Tumour signalling and progression is strongly dependent on the tumour microenvironment, comprising components like extracellular matrix, surrounding stromal cells and signalling molecules including secreted proteins. However, little is known whether extracellular amino acids correlate with specific growth behaviour of defined melanoma cell lines. It was the aim of this study to identify components of a possible cross talk between slow and fast-growing melanoma cells.
We have investigated the amino acid composition as well as acetate and pyruvate of the secretome of human melanoma cells representing early slow growth phase (WM35, WM278, WM793b and VM21) and rapid growth phase of metastatic cells (A375, 518a2, 6F and WM8). Subsequently, amino acid profiles were evaluated by multivariate data analysis, i.e. principle component analysis and partial least squares regression. Significant changes in the amino acid composition of media were analysed for biological significance with proliferation, migration and invasion assays.
Proliferation assays and a principle component analysis revealed a stringent difference between the fast and slow growing melanoma cells. Upon inhibition of the mevalonate pathway, glutamic acid and alanine were identified as the central difference in the conditional media. Supplementing media with glutamic acid and the combination with alanine significantly accelerated the proliferation, migration and invasion of early stage melanoma cells, but not metastatic cells. Interestingly, co-culture of early stage and metastatic melanoma cells further corroborate these findings, indicating cross talk between tumour cells.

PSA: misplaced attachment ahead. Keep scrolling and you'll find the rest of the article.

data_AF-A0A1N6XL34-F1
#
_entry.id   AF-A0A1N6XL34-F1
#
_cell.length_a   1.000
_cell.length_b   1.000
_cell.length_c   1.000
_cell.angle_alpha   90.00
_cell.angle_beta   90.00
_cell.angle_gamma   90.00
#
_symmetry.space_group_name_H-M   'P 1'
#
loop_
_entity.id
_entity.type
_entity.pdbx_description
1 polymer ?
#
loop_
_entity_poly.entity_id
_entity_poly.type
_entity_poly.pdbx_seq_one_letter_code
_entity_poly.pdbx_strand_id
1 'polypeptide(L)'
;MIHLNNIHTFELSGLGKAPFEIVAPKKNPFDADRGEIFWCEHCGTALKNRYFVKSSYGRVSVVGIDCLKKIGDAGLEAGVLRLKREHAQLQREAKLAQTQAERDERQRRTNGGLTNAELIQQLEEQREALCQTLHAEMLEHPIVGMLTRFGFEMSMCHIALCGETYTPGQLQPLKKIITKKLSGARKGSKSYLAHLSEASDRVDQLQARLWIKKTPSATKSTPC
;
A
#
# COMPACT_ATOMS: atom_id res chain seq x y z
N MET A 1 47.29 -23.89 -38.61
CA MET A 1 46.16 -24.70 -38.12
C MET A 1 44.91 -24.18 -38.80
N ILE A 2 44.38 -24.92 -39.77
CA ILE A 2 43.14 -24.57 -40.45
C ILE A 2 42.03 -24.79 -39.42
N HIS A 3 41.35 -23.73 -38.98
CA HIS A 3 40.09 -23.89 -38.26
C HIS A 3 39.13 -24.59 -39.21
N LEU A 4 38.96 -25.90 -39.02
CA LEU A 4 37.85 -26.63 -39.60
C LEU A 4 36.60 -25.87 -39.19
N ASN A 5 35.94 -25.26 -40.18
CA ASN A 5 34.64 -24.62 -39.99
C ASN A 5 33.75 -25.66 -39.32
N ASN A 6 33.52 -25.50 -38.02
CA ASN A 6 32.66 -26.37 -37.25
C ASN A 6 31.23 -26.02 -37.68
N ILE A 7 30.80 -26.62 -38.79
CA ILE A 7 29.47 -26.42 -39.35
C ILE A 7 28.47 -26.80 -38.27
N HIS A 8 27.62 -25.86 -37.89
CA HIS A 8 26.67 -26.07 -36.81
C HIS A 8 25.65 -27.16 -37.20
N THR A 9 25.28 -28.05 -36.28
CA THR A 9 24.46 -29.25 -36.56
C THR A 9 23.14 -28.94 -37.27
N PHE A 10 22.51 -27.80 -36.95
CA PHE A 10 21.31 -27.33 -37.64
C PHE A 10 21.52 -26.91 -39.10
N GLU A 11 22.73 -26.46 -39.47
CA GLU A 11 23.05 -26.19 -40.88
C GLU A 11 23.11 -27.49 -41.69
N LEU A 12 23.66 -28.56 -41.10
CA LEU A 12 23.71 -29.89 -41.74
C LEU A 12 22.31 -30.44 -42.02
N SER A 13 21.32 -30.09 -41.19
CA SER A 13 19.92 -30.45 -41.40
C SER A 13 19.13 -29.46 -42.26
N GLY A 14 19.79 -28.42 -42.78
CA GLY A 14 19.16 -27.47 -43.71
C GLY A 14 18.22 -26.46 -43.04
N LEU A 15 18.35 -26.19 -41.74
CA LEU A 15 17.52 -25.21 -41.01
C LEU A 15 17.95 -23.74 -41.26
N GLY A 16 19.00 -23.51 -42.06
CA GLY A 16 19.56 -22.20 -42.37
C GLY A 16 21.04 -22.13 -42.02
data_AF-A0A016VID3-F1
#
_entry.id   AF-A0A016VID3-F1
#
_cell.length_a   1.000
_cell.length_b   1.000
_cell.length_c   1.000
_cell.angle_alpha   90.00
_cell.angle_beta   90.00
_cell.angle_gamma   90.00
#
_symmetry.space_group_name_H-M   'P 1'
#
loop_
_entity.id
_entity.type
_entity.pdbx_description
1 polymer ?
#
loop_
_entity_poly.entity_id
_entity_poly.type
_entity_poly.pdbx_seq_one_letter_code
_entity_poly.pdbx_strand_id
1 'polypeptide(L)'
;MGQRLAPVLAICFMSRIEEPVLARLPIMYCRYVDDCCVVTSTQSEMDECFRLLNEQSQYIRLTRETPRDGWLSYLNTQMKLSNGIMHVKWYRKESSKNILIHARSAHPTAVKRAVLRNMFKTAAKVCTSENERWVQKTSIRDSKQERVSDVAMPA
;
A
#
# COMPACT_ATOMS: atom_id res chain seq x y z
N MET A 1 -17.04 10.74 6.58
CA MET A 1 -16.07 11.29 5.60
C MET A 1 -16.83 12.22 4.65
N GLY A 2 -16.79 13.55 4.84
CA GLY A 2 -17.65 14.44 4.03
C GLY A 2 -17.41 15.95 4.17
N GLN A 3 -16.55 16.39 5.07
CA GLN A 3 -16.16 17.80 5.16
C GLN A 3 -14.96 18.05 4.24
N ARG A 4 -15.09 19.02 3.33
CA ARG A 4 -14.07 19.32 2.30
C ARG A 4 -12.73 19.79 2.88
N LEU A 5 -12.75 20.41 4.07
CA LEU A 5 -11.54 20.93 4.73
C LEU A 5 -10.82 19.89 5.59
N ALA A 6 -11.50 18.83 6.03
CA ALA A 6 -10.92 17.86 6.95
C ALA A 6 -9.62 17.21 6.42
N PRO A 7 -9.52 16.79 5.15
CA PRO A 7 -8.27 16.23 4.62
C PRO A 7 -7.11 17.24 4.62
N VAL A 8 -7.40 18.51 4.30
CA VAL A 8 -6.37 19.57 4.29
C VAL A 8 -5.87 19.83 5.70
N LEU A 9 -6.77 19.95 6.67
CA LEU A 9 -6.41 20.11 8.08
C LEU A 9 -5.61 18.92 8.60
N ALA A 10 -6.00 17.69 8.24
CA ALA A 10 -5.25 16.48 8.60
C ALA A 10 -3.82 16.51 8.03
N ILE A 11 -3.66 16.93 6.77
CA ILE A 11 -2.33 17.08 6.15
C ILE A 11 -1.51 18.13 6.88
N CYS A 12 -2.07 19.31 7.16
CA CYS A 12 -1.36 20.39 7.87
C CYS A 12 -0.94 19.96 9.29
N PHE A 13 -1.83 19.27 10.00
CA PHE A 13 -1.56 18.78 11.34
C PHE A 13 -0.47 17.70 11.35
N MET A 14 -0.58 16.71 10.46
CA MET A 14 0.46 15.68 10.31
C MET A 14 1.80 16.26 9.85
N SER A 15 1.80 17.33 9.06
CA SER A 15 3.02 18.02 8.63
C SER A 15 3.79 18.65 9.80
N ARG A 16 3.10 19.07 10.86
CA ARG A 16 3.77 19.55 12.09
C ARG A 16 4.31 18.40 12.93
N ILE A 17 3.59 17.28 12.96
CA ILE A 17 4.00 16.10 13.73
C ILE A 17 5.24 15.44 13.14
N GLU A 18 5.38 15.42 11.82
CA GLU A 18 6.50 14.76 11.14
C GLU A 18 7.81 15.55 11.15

Our results confirm for the first time that amino acid profiles from conditional media differ between stage dependent growth and treatment. Hence, changes in amino acid composition of media from melanoma cells derived from different disease states reflect a stage dependent adaptation with functional consequences on proliferation, migration, aggressiveness and survival. Thus, identification of glutamic acid mediated signalling may open pharmacological targeting in early melanoma stages.
Clinical trial identification
Legal entity responsible for the study
Work was funded by the Austrian Science Fund FWF (P-22385), Herzfeldeŕsche Familienstiftung and the Science Funds of the Major of the City of Vienna, all to Martin Hohenegger. Alexandra Hofer was funded the Austrian research funding association (FFG) under the scope of the COMET program within the research project “Industrial Methods for Process Analytical Chemistry - From Measurement Technologies to Information Systems (imPACts)” (contract # 843546).
All authors have declared no conflicts of interest.